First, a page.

A key feature in scientific research is the replication of findings of a study.  The impetus to further study GMOs which could identify and reproduce the harm first demonstrated by Dr. Pusztai was not willingly taken up by researchers, secondary to potential conflicts of interest often at odds with the subsidies/grants institutions received from industry.  However, Dr. Michael Antoniou, the Director of Gene Therapy and Gene Expression at King’s College in the UK, employing cutting edge technology, identified metabolomic changes resulting in lab animals fed GMOs as well as other metabolite changes disproving ideas of equivalency between GMO and non-GMO products.  Dr. Gilles-Eric Seralini also published findings of significant toxicity from GMOs and glyphosate-based herbicides in a rat toxicology study. Thus, other scientists have since substantiated the findings of health harms originally shown by Dr. Pusztai.   Despite clear cut demonstrable health hazards from this technology, new GMOs were released, more sophisticated technologies regarding gene editing/CRISPR were made available and genetic engineering regulation by the government essentially disappeared.  This is a formula for a children’s health tsunami.  

While the GMO effects are significant, remember that they are consumed with their concomitant pesticides.  Since the time of Rachel Carson and her landmark book,

 A Silent Spring (1962), the negative effects of pesticides have been long known regarding children’s health.  Again in 1993, there were reports calling out the lack of regulatory safeguards to protect children from pesticides.  These warnings have gone unheeded as global glyphosate usage continues to skyrocket.  While there are many harmful effects of glyphosate, the main toxic effects can be seen in their ability to disrupt intestinal permeability, alter the microbiome (a key player in immune, neurologic and hormonal health), identified as a causative agent of autism (which has now reached pandemic levels), as well as having been shown to have a direct link to asthma.  This is a brief list of the many ill effects caused by glyphosate-based herbicides on children.  Additionally, industry lists many ‘inert’ ingredients in their formulations which are neither inert or reported due to proprietary discretion.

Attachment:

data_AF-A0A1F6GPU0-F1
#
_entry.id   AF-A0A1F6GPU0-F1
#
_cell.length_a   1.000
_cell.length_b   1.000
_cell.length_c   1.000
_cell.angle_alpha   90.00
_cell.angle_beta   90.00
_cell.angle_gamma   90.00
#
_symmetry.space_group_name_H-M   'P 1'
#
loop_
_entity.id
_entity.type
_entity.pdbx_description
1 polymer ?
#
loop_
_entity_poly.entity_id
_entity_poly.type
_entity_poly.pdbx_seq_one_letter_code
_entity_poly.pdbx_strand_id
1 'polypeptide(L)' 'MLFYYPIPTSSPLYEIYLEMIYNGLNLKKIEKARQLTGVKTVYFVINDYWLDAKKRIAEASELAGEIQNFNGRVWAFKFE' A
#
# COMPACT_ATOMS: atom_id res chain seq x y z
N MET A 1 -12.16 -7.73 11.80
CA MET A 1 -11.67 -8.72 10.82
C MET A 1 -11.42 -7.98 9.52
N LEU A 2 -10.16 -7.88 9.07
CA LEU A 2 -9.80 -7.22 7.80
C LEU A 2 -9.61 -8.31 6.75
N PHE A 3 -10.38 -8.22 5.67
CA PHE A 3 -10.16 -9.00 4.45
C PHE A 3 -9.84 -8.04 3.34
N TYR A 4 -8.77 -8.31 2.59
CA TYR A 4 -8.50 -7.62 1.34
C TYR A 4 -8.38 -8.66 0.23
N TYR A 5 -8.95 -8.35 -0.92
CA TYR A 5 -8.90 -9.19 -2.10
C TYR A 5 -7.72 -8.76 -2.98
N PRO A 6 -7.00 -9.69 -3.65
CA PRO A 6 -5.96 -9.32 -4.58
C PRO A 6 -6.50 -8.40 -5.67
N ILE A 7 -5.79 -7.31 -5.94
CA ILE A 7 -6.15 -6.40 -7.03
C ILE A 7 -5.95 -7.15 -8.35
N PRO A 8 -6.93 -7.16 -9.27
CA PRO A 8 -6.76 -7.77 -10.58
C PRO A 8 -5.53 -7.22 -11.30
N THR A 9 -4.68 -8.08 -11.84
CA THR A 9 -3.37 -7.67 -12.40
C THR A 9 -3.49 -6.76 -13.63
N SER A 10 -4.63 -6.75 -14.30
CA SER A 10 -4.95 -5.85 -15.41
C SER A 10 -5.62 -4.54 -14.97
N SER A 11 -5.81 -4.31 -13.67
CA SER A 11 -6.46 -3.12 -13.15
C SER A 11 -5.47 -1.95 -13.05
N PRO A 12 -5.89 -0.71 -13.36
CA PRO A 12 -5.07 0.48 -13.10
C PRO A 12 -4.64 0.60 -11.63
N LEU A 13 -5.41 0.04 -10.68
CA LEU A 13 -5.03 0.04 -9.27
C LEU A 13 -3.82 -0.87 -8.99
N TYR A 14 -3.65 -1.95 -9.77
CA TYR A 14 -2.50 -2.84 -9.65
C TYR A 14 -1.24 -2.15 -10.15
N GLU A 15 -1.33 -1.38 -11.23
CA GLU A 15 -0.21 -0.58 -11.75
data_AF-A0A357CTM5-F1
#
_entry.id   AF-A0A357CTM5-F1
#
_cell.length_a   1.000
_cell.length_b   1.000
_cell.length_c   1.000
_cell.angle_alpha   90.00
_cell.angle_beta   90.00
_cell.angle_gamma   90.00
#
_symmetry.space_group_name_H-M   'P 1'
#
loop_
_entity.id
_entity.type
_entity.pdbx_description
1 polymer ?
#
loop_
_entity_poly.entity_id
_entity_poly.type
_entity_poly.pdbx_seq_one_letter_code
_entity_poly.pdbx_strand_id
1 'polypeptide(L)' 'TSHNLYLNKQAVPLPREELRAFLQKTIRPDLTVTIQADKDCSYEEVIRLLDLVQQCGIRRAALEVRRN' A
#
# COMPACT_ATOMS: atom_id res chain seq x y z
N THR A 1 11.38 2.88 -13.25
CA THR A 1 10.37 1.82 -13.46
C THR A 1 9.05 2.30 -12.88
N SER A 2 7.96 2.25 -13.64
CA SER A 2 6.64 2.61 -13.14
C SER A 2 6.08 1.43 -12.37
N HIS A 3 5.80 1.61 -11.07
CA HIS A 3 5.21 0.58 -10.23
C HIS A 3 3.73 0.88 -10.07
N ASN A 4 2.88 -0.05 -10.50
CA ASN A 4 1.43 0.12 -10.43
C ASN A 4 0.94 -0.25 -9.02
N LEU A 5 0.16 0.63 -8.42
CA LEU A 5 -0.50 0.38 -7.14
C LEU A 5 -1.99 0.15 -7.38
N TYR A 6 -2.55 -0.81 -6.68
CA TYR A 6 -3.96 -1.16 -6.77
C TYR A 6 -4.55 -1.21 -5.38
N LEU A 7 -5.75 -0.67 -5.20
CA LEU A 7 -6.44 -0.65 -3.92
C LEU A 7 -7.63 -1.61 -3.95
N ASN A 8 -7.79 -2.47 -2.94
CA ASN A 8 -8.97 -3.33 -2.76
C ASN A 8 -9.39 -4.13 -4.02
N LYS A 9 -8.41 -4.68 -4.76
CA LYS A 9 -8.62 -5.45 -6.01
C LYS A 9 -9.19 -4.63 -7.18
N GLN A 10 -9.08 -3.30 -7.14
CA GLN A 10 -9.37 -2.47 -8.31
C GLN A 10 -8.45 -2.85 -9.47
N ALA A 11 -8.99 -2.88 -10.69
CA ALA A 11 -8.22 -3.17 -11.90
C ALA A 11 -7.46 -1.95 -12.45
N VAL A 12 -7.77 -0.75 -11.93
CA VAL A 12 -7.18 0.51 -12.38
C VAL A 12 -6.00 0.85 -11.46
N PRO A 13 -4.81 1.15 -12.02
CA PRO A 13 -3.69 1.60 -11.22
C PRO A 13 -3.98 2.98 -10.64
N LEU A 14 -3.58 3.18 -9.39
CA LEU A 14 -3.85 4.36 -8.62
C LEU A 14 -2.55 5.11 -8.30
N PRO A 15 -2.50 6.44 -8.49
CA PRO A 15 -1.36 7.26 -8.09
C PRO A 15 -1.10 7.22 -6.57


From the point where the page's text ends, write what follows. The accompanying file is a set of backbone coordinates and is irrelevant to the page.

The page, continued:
The struggle is against pesticides is real, and it’s personal, affecting families universally: (From GMWatch Daily Digest 27 Oct. 21)

A mother in Argentina describes her family’s severe health problems linked to the large quantities of pesticides (notably glyphosate) sprayed on GM soy. Toxicology tests showed that her son’s body contains a level of pesticides 120 times higher than he is capable of tolerating. Her daughter has a little less, 100 times more than she could tolerate. They both have at least twice the levels found in adults. The entire family has genetic damage.

Read the full story of Sabrina Ortiz, mother of two children severely harmed by pesticides here.

The situation is in constant flux and it is only very recently that Bayer (owner of the glyphosate-based herbicide, Roundup) decided to withdraw this product from garden usage in the US as litigation against Bayer spirals into the hundreds of thousands of victims.  There are presently over 1,000 glyphosate-based formulations available for purchase, so the outcome of this action on the herbicide market remains to be seen.  

  • Children require clean water, free from environmental pollutants

The Environmental Working Group published a landmark study in 2017 regarding tap water contaminants.  Over a five year period, 50,000 water companies were surveyed in the US from 2010 to 2015, comparing their findings to science-based health guidelines.  More than 250 contaminants were found, and the more chemicals tested, the more chemicals that were identified.  A brief summary of their findings showed:

  • 93 chemicals were linked to cancer 
  • 78 chemicals were linked to brain and nervous system problems
  • 63 contaminants were identified that can harm the development of the fetus or young child
  • 38 contaminant were linked to human fertility problems
  • Over 45 contaminants were linked to hormone disruption